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North Sea production plunges at oil and gas giant BG

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Screen Shot 2015-05-07 at 07.59.01Saturday 9 May 2015

BG Group has reported a near 40 per cent fall North Sea production amid disruptions caused by repairs and maintenance work.

The oil and gas firm, which has recommended a £47bn bid from Shell, produced 77,000 barrels oil equivalent per day in the UK in the first quarter. This was down 38 per cent on the 125,000 boed produced in the same period last year.

The big fall in output came after four fields were shut down temporarily to allow work to be done on the CATS gas pipeline and the Lomond production platform.

The fall shows how infrastructure issues can have a big impact on production in areas such as the North Sea, with implications for revenues and costs.

It compounded the effect of the sharp drop in the price of crude between June and the first quarter.

Reading-based BG’s profits fell by 40 per cent in the three months to March, to $1.6bn (£1bn) from $2.7bn

The price of Brent crude has increased by around 20 per cent since Shell made a cash and shares bid for BG on 8 April, which has been recommended by the BG board.

The rise in the oil price since the end of the first quarter has prompted some to question if Shell has offered a fair price for BG.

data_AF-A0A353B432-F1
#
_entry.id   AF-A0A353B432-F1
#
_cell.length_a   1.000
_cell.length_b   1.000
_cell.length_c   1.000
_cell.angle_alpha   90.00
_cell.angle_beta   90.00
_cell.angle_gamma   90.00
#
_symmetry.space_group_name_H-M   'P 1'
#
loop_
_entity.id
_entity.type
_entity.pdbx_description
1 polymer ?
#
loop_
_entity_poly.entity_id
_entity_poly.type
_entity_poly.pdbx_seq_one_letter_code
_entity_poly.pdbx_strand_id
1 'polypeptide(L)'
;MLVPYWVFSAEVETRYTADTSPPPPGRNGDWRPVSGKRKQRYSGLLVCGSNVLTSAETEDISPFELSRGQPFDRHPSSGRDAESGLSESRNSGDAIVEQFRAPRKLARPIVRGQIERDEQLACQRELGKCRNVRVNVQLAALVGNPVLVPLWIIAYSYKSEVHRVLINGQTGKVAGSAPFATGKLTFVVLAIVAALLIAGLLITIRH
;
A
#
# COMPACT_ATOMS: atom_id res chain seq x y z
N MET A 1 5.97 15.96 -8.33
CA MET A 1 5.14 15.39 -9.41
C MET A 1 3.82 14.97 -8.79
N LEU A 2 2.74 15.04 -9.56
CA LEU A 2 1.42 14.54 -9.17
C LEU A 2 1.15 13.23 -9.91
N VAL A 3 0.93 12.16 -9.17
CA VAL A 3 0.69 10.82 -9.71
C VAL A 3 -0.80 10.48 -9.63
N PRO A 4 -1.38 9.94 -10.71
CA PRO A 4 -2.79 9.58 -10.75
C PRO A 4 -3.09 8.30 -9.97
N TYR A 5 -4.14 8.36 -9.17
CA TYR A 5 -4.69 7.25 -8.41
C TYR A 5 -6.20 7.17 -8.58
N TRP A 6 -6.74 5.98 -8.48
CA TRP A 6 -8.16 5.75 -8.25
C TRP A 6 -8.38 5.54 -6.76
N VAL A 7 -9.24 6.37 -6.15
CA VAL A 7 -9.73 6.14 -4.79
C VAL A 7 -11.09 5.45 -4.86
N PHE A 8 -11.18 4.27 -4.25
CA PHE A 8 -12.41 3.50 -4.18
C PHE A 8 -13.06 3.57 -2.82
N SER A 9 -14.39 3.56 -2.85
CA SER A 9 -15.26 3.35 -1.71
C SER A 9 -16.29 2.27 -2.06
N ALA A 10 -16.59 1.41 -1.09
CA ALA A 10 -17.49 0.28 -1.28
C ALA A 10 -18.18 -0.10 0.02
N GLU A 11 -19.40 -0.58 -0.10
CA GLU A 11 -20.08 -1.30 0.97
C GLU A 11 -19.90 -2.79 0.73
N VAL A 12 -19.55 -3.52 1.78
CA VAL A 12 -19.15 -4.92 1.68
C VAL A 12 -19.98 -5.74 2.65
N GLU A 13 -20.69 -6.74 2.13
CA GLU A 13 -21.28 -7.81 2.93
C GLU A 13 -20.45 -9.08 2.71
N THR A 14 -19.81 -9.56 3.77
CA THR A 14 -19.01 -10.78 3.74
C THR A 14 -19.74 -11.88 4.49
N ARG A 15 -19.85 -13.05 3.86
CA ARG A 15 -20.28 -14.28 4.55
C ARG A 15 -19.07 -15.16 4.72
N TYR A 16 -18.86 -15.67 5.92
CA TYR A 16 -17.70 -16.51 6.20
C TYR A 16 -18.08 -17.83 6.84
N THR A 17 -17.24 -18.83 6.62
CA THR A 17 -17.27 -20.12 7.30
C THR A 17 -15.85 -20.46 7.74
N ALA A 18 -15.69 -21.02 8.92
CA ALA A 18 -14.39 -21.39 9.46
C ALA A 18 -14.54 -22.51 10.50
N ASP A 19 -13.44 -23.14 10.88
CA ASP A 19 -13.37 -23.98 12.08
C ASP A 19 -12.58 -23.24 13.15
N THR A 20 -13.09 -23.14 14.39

However, BG’s chief executive Helge Lund told reporters: “There is no change to our view on the offer,”

The takeover, which is due to complete next year, could be followed by big cuts in the combined North Sea portfolios of Shell and BG.

When Shell announced first quarter results last week its chief financial officer Simon Henry indicated the company planned to speed up its retreat from the North Sea.

He said BG had some good North Sea assets but added: “Shell is not necessarily a natural owner of assets in the North Sea.” Mr Henry said other companies may have more expertise and incentive to squeeze the value from mature assets.

There have been fears that the takeover will result in job losses in Aberdeen, where Shell and BG have their North Sea headquarters.

Shell has highlighted the potential to cut costs through the ‘de-duplification’ of administrative functions.

BG cut capital investment in new North Sea projects to $109m in the first quarter, from $130m last time. Exploration spending tripled to $42m, from $14m.

While affirming the BG board’s support for the Shell offer, Mr Lund said yesterday he had mixed emotions about the deal. He said he had not expected a takeover when he took charge of BG in February, after a successful career at Statoil.

The fall in BG’s UK production was offset by big increases in output in Brazil and Australia. Shell has highlighted the appeal of BG’s deepwater acreage off Brazil and its liquefied natural gas production in Australia.

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